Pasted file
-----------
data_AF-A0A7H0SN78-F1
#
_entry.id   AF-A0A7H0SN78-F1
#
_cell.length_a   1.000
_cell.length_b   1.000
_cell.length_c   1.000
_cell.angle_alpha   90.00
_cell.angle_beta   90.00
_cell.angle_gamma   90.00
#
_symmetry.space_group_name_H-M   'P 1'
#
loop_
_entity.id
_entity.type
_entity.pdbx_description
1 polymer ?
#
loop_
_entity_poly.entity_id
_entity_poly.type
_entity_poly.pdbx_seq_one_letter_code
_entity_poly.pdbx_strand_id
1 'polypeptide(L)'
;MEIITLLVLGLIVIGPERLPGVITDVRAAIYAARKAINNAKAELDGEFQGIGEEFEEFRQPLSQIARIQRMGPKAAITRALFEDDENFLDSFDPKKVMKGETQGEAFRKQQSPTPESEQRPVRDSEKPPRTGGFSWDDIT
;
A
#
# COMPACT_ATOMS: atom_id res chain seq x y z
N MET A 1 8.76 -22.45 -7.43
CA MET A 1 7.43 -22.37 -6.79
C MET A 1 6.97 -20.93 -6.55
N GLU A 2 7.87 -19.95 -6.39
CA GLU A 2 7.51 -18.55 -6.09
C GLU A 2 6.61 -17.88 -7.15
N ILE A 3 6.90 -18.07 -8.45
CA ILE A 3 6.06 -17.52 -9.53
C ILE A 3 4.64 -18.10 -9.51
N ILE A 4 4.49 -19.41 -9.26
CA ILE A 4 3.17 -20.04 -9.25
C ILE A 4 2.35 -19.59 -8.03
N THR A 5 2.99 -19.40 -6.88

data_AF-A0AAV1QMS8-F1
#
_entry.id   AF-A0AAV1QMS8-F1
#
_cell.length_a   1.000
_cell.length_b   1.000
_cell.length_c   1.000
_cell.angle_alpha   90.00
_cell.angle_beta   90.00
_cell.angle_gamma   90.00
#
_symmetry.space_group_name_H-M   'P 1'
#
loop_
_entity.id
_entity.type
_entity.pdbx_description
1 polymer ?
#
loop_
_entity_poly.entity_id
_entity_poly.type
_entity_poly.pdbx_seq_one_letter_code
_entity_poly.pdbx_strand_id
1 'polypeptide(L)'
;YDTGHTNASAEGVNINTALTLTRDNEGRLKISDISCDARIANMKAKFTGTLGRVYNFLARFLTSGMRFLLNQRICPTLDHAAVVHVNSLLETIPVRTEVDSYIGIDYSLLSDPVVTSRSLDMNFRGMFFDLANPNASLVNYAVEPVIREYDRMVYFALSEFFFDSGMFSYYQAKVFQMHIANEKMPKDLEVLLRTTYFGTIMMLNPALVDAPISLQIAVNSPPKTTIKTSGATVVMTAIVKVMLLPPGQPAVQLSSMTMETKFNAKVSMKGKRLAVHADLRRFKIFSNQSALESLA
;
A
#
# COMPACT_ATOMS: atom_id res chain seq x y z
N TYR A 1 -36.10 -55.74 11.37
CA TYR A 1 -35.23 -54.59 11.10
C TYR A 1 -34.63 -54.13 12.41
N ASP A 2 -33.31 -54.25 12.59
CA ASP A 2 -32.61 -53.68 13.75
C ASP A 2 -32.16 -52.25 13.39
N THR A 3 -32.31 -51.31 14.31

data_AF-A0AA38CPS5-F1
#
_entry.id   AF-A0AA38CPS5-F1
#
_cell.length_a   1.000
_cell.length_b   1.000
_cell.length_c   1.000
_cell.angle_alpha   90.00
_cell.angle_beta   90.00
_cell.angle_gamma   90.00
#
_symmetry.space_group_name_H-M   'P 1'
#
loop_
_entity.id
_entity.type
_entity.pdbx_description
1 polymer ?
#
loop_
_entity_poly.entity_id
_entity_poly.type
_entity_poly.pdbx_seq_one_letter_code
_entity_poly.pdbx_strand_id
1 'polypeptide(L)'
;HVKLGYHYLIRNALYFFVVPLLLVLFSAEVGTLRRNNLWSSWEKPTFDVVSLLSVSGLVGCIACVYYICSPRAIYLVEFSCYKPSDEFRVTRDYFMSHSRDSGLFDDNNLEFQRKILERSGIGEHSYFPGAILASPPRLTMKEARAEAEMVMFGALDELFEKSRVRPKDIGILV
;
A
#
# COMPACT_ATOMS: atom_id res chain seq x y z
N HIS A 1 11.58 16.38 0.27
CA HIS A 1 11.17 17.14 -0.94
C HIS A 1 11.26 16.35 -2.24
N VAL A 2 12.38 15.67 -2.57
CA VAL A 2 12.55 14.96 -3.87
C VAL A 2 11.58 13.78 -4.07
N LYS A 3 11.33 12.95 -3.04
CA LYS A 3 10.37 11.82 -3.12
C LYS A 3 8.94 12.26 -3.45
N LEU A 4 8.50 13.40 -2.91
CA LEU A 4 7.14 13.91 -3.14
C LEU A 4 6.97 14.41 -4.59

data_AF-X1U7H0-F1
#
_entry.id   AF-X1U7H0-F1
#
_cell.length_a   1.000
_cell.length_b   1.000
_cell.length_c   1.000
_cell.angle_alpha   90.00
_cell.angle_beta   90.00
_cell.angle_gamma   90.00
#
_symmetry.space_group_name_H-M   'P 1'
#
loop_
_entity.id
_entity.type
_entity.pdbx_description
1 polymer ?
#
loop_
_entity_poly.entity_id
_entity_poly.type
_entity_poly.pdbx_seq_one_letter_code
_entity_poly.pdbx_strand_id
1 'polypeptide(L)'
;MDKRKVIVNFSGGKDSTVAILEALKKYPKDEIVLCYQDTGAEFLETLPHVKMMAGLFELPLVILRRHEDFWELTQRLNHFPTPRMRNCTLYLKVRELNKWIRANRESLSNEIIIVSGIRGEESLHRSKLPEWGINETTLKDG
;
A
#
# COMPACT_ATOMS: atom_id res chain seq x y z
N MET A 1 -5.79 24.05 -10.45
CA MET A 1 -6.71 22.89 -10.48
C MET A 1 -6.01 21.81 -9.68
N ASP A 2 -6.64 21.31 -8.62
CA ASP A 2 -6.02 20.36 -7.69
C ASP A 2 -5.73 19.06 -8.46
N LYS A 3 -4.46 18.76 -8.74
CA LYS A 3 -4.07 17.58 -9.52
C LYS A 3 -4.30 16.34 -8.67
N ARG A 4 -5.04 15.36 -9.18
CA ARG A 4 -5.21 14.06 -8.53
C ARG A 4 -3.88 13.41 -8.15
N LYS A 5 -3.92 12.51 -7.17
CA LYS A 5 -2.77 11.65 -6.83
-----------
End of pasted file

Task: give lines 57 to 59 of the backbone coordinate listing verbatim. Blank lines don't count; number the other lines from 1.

loop_
_entity.id
_entity.type